Staff Development for Open and Flexible Learning | LTiA Issue 7 | CeLT | MMU

So the first step in establishing any VLE is to identify and provide links to these existing materials and services and then move on to adding the institution-specific information and training resources, exemplary materials, etc. The first key element in systemic staff development is induction for all managers, lecturers, administrators and support staff new to the institution and open and flexible learning.

One or two day events at the start of each semester or term will provide a conversational framework for understanding the changes and role-changes involved in realising the vision and goals of open and flexible learning. At such events, senior managers can explain the institutional vision and strategic plan and the centrality of open and flexible delivery in the policies and procedures, describe the nature and implications of the new educational paradigm, outline the available support services, and discuss these issues with the newcomers.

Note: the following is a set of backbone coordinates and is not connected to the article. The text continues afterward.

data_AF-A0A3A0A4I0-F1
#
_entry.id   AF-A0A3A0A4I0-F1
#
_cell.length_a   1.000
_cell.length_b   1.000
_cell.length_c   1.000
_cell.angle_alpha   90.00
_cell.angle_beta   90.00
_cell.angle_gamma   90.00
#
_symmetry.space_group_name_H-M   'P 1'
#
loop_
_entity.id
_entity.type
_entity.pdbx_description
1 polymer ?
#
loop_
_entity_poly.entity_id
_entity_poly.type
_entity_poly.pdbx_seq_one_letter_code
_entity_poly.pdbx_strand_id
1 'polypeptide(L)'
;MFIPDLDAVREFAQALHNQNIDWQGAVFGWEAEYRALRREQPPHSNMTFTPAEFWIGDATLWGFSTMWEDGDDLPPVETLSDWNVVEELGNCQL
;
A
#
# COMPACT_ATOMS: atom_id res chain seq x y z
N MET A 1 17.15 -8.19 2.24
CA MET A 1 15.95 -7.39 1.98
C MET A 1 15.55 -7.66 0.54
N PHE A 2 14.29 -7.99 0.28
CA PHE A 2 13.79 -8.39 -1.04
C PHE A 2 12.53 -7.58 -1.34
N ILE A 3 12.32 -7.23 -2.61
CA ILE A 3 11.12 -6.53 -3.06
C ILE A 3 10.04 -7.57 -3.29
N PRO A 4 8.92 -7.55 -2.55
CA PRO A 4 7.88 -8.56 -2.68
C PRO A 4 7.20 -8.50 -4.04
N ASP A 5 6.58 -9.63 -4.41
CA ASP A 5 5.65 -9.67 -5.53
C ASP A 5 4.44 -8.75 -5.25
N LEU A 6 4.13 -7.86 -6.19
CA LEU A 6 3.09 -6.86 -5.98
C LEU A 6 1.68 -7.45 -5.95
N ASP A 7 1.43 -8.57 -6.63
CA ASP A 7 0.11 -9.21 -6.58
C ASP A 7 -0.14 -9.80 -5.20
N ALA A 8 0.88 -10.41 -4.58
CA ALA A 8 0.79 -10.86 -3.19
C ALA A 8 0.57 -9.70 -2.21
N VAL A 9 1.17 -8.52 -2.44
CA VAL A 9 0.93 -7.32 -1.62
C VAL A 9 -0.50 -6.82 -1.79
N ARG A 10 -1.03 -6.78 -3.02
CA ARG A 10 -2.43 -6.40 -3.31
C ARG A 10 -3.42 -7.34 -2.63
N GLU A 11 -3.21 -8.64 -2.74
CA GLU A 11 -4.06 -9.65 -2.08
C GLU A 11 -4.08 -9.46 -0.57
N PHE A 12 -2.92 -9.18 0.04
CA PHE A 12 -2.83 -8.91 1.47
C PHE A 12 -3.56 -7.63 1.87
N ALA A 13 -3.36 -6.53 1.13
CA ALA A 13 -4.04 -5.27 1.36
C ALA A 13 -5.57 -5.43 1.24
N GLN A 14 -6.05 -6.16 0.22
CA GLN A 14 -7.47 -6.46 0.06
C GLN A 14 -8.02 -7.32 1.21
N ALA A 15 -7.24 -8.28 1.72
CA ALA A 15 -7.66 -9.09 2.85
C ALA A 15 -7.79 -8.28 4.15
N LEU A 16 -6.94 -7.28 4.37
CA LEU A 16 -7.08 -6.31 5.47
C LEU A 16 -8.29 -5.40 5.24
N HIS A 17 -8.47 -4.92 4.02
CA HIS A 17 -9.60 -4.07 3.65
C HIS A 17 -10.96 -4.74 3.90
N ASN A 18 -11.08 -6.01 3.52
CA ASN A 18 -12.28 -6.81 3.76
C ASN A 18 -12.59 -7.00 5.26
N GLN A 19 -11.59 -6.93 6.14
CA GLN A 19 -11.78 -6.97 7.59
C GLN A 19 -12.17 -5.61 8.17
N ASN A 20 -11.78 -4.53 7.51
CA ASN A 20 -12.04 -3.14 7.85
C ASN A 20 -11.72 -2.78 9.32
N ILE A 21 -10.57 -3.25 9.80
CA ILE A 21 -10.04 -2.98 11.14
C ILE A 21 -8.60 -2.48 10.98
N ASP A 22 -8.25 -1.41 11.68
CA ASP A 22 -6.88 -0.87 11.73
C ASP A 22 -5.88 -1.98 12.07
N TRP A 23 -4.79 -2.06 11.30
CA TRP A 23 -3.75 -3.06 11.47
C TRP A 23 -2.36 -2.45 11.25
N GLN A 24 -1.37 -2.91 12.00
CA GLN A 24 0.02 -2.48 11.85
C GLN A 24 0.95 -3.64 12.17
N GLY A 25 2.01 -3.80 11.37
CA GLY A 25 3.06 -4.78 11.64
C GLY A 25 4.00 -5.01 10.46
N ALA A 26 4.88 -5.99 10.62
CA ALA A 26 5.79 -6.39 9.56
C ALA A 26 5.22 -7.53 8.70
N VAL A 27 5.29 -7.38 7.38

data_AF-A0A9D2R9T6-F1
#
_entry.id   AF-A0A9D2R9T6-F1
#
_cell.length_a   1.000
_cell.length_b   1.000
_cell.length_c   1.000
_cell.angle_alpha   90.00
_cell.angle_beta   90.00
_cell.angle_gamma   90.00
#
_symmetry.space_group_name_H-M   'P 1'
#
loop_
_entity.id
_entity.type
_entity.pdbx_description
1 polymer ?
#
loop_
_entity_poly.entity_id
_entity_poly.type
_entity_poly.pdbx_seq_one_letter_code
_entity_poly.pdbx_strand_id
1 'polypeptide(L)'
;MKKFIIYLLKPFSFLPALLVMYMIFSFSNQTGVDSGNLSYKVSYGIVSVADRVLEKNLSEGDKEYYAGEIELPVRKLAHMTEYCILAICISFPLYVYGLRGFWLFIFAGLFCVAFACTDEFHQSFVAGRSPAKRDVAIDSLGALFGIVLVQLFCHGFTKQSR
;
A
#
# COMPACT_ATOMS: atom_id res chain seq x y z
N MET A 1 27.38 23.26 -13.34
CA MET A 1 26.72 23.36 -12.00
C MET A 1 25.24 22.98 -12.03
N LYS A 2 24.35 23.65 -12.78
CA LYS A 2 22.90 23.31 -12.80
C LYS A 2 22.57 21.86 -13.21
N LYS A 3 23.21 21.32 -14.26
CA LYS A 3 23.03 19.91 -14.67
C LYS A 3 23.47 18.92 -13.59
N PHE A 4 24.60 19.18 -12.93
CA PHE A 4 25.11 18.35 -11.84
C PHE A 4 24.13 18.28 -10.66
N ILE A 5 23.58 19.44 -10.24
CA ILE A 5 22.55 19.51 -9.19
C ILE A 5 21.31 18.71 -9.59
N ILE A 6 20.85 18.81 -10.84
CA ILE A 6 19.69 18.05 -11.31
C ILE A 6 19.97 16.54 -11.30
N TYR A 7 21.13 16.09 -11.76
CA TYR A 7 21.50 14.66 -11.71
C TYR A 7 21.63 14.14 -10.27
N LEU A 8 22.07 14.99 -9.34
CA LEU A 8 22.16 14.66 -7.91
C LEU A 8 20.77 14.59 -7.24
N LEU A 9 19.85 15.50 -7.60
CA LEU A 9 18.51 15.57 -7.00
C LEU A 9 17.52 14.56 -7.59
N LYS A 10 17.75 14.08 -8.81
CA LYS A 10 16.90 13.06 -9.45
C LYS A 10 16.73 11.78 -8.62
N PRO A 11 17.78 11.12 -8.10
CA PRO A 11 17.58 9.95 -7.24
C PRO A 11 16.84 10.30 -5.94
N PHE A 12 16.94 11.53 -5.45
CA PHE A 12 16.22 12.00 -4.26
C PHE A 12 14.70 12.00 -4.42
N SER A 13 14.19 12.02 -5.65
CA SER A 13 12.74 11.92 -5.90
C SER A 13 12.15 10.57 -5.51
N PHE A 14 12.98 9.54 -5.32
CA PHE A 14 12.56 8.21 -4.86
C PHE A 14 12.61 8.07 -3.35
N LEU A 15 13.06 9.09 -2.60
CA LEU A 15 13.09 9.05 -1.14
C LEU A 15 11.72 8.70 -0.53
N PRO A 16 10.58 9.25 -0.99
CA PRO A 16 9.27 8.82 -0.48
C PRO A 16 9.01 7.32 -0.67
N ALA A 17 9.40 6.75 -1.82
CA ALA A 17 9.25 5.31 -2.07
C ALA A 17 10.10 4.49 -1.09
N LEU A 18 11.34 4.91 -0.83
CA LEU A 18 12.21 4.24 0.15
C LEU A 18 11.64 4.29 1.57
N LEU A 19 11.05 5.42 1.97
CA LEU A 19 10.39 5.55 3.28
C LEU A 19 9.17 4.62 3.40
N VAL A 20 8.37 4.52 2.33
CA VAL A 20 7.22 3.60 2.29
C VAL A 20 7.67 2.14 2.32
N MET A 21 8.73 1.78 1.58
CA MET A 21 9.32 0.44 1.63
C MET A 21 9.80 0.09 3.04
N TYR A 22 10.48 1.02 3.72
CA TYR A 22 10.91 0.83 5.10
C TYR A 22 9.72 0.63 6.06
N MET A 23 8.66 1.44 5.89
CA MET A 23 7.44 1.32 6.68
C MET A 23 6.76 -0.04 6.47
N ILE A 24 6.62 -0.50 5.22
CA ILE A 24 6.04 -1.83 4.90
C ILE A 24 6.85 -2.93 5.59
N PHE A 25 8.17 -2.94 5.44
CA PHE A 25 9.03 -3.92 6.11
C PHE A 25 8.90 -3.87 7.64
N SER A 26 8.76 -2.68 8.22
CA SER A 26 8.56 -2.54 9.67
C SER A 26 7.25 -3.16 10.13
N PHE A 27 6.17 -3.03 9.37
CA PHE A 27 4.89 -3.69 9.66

Teaching, library, administrative and technical support staff who will be directly and immediately involved in open and flexible learning can also visit the support services and look at and discuss some exemplary courses and materials. They can also be invited to attend voluntary reflective practice sessions at the centre over the following weeks in which they can share their discoveries, concerns and viewpoints. Staff at other campuses and centres can be exposed to this induction process synchronously through audio- or video-conferencing or video broadcast or asynchronously through the VLE.